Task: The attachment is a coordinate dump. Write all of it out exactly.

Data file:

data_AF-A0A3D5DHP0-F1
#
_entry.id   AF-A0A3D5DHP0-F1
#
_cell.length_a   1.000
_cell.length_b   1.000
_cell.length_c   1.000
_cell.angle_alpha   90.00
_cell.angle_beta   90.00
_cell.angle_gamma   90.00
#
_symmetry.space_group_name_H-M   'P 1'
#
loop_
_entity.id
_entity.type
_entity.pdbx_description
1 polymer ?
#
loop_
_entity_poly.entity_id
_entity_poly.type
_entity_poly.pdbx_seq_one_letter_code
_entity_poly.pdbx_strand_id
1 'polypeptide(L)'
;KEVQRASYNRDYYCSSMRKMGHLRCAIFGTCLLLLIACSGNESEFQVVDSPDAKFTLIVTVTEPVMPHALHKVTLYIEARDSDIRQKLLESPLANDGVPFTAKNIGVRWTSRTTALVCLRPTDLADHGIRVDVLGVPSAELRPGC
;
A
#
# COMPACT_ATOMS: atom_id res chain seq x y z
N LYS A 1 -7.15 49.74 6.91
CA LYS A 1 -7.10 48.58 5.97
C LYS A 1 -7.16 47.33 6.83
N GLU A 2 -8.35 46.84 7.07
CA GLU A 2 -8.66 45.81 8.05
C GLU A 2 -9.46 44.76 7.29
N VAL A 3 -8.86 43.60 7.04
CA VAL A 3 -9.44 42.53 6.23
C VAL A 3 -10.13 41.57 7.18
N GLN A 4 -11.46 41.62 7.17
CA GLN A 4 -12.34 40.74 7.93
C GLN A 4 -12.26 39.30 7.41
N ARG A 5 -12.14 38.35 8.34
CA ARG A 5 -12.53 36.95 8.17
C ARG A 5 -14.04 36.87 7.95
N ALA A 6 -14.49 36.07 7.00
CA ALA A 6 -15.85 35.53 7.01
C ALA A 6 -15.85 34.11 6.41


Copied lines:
data_AF-A0A3D5DHP0-F1
#
_entry.id   AF-A0A3D5DHP0-F1
#
_cell.length_a   1.000
_cell.length_b   1.000
_cell.length_c   1.000
_cell.angle_alpha   90.00
_cell.angle_beta   90.00
_cell.angle_gamma   90.00
#
_symmetry.space_group_name_H-M   'P 1'
#
loop_
_entity.id
_entity.type
_entity.pdbx_description
1 polymer ?
#
loop_
_entity_poly.entity_id
_entity_poly.type
_entity_poly.pdbx_seq_one_letter_code
_entity_poly.pdbx_strand_id
1 'polypeptide(L)'
;KEVQRASYNRDYYCSSMRKMGHLRCAIFGTCLLLLIACSGNESEFQVVDSPDAKFTLIVTVTEPVMPHALHKVTLYIEARDSDIRQKLLESPLANDGVPFTAKNIGVRWTSRTTALVCLRPTDLADHGIRVDVLGVPSAELRPGC
;
A
#
# COMPACT_ATOMS: atom_id res chain seq x y z
N LYS A 1 -7.15 49.74 6.91
CA LYS A 1 -7.10 48.58 5.97
C LYS A 1 -7.16 47.33 6.83
N GLU A 2 -8.35 46.84 7.07
CA GLU A 2 -8.66 45.81 8.05
C GLU A 2 -9.46 44.76 7.29
N VAL A 3 -8.86 43.60 7.04
CA VAL A 3 -9.44 42.53 6.23
C VAL A 3 -10.13 41.57 7.18
N GLN A 4 -11.46 41.62 7.17
CA GLN A 4 -12.34 40.74 7.93
C GLN A 4 -12.26 39.30 7.41
N ARG A 5 -12.14 38.35 8.34
CA ARG A 5 -12.53 36.95 8.17
C ARG A 5 -14.04 36.87 7.95
N ALA A 6 -14.49 36.07 7.00
CA ALA A 6 -15.85 35.53 7.01
C ALA A 6 -15.85 34.11 6.41